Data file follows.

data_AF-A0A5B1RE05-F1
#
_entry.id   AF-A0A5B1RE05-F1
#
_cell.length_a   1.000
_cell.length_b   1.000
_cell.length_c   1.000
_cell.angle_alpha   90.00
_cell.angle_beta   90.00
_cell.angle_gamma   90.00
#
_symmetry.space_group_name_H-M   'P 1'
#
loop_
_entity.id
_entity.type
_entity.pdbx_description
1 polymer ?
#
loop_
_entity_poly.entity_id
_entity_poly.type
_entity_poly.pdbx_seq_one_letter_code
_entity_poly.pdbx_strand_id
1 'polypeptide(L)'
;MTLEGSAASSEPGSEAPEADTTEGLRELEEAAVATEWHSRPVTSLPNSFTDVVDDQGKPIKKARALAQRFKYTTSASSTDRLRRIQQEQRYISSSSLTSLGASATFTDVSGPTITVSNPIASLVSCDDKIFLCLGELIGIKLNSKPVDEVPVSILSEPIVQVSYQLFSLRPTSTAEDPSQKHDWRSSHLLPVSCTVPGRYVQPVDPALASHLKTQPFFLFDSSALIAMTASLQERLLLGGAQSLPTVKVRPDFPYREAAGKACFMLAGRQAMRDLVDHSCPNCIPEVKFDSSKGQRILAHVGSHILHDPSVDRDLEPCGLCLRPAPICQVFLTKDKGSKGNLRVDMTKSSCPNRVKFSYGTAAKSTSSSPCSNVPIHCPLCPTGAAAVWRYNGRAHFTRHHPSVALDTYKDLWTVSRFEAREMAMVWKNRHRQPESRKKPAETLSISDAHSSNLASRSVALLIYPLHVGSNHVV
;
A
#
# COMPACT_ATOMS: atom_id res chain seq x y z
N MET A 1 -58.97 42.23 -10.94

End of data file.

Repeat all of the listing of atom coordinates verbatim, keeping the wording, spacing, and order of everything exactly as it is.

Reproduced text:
data_AF-A0A5B1RE05-F1
#
_entry.id   AF-A0A5B1RE05-F1
#
_cell.length_a   1.000
_cell.length_b   1.000
_cell.length_c   1.000
_cell.angle_alpha   90.00
_cell.angle_beta   90.00
_cell.angle_gamma   90.00
#
_symmetry.space_group_name_H-M   'P 1'
#
loop_
_entity.id
_entity.type
_entity.pdbx_description
1 polymer ?
#
loop_
_entity_poly.entity_id
_entity_poly.type
_entity_poly.pdbx_seq_one_letter_code
_entity_poly.pdbx_strand_id
1 'polypeptide(L)'
;MTLEGSAASSEPGSEAPEADTTEGLRELEEAAVATEWHSRPVTSLPNSFTDVVDDQGKPIKKARALAQRFKYTTSASSTDRLRRIQQEQRYISSSSLTSLGASATFTDVSGPTITVSNPIASLVSCDDKIFLCLGELIGIKLNSKPVDEVPVSILSEPIVQVSYQLFSLRPTSTAEDPSQKHDWRSSHLLPVSCTVPGRYVQPVDPALASHLKTQPFFLFDSSALIAMTASLQERLLLGGAQSLPTVKVRPDFPYREAAGKACFMLAGRQAMRDLVDHSCPNCIPEVKFDSSKGQRILAHVGSHILHDPSVDRDLEPCGLCLRPAPICQVFLTKDKGSKGNLRVDMTKSSCPNRVKFSYGTAAKSTSSSPCSNVPIHCPLCPTGAAAVWRYNGRAHFTRHHPSVALDTYKDLWTVSRFEAREMAMVWKNRHRQPESRKKPAETLSISDAHSSNLASRSVALLIYPLHVGSNHVV
;
A
#
# COMPACT_ATOMS: atom_id res chain seq x y z
N MET A 1 -58.97 42.23 -10.94